MADRID (Reuters) - The Basque separatist group ETA said on Thursday it was ending four decades of armed struggle and called for talks with the Spanish and French authorities on ending Europe’s last major guerrilla conflict.
“ETA has decided the definitive cessation of its armed activity,” the group said in a statement through Basque-language newspaper Gara and an online video.
“ETA calls upon the Spanish and French governments to open a process of direct dialogue with the aim of addressing the resolution of the conflict,” it added.
Three masked ETA members sat behind a table to read the statement, raising their fists in the air at the end of the video.
Thursday’s declaration is a significant shift for ETA, whose goal was to carve out an independent Basque homeland in northern Spain and southern France, and takes the group far beyond the permanent ceasefire it announced in January.
Spanish Prime Minister Jose Luis Rodriguez Zapatero dismissed that gesture as meaningless unless the group turned in its arms.
The nationalist group has been severely weakened in recent years by the arrests of hundreds of its members and seizures of its weapons. It has also come under pressure from its own political arm and former members, now in prison, to disband.
The three ETA members in the video did not say whether the guerrilla force would turn in its weapons, which Zapatero has said was a pre-condition for any negotiations with ETA.
The Spanish government welcomed Thursday’s announcement but it was not clear whether Madrid would now engage in talks with ETA, which was formed more than 50 years ago and began violent actions some 40 years ago.
“This has been possible thanks to the mettle and strength of Spanish society, guided by the rule of law, which triumphs today as the only possible way for people to coexist,” said Zapatero.
“Our democracy will be one without terrorism, but not one without memory.”
The Socialist government is deeply unpopular and expected to lose a general election on November 20 due to voter anger over a struggling economy and a sky-high unemployment.
Even if his government can claim victory in the decades-long effort to bring an end to ETA, analysts have said it will be difficult for the Socialists to make any political gains because voters are more concerned about jobs.
“We feel this is an important step, but the Spanish people will only completely rest at ease when ETA is irreversibly dismantled,” said Mariano Rajoy, leader of the center-right People’s Party, which polls show will win the November election.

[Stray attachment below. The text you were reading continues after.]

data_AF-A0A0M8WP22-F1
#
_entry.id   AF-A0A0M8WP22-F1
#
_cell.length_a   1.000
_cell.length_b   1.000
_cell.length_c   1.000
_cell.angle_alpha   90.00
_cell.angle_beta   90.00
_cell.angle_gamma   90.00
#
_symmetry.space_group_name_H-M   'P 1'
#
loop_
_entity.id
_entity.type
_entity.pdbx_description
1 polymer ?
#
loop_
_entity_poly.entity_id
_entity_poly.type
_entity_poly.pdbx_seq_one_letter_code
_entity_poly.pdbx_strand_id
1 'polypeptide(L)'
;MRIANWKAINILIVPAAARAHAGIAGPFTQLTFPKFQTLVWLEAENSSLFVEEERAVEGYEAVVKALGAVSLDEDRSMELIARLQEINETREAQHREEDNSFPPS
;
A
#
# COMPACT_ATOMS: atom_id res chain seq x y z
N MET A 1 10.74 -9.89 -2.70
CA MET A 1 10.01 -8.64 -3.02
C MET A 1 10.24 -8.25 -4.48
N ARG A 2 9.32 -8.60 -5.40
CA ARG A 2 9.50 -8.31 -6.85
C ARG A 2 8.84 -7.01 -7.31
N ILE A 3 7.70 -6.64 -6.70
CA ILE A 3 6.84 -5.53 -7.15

ETA was formed in the late 1950s during the dictatorship of Francisco Franco, who suppressed the Basque language and culture. Over the years the group killed 829 people, according to the Spanish government, and the death toll in the conflict goes higher when it includes death squad killings of ETA members and bystanders.
In recent years there have been signs that peace was gradually coming to Basque country. Politicians tied to ETA and banned from running for office, grew weary of the conflict and began to believe they could fight for Basque autonomy through politics rather than violence.
The successful government crackdown on Basque members reduced the state of fear in the region. Politicians and intellectuals no longer look routinely under their cars for bombs and have given up on bodyguards.
Many Basques also say they feel freer to speak about politics.
The ETA announcement follows a conference in the Basque country on Monday when international leaders and ex-politicians appealed to ETA to end its struggle.
“I believe that their statement today meets that requirement and I would urge the governments of Spain and France to welcome it and agree to talks exclusively to deal with the consequences of the conflict,” said Gerry Adams, the president of Irish nationalist group Sinn Fein, a member of an international group of leaders working for peace in the Basque country.
David Bach, a political analyst at the IE business school in Madrid said it was not clear whether the government would engage directly with ETA, since Zapatero was careful to signal respect for the group’s victims.
But it may dialogue with politicians close to the armed group.
“What gives this particular announcement credibility is that it responds verbatim to the conclusions of Monday’s peace conference,” Bach said.
Additional reporting by Emma Pinedo; Writing by Fiona Ortiz; Editing by Jon Boyle